Wednesday, June 12, 2024

Elastic’s donation of Universal Profiling agent to OpenTelemetry further solidifies profiling as core telemetry signal

Software DevelopmentElastic's donation of Universal Profiling agent to OpenTelemetry further solidifies profiling as core telemetry signal


Elastic has announced that it would be donating its Universal Profiling agent to the OpenTelemetry project, setting the stage for profiling to become a fourth core telemetry signal in addition to logs, metrics, and tracing. 

This follows OpenTelemetry’s announcement in March that it would be supporting profiling and was working towards having a stable spec and implementation sometime this year.

Elastic’s agent profiles every line of code running on a company’s machines, including application code, kernels, and third-party libraries. It is always running in the background and can collect data about an application over time. 

It measures code efficiency across three categories: CPU utilization, CO2, and cloud cost. According to Elastic, this helps companies identify areas where waste can be reduced or eliminated so that they can optimize their systems. 

Universal Profiling currently supports a number of runtimes and languages, including C/C++, Rust, Zig, Go, Java, Python, Ruby, PHP, Node.js, V8, Perl, and .NET. 

“This contribution not only boosts the standardization of continuous profiling for observability but also accelerates the practical adoption of profiling as the fourth key signal in OTel. Customers get a vendor-agnostic way of collecting profiling data and enabling correlation with existing signals, like tracing, metrics, and logs, opening new potential for observability insights and a more efficient troubleshooting experience,” Elastic wrote in a blog post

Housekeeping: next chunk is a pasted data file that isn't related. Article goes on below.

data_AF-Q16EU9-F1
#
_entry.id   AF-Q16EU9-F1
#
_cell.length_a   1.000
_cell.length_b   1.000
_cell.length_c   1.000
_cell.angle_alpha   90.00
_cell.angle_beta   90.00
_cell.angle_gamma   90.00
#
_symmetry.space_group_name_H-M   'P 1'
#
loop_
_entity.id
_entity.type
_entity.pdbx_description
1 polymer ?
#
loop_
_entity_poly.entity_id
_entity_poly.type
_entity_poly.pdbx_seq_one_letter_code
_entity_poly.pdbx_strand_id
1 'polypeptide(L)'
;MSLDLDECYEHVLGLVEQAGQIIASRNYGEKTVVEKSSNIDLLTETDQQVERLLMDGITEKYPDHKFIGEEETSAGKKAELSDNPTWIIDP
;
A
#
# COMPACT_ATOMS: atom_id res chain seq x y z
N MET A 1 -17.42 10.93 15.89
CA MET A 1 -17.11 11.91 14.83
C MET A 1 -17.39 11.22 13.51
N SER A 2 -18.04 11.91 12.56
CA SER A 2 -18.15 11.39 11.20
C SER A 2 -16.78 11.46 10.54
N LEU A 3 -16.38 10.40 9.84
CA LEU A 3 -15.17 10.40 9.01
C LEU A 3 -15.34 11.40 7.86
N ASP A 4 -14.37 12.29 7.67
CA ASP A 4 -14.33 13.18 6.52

OpenTelemetry echoed those sentiments, saying: “This marks a significant milestone in establishing profiling as a core telemetry signal in OpenTelemetry. Elastic’s eBPF based profiling agent observes code across different programming languages and runtimes, third-party libraries, kernel operations, and system resources with low CPU and memory overhead in production. Both, SREs and developers can now benefit from these capabilities: quickly identifying performance bottlenecks, maximizing resource utilization, reducing carbon footprint, and optimizing cloud spend.”


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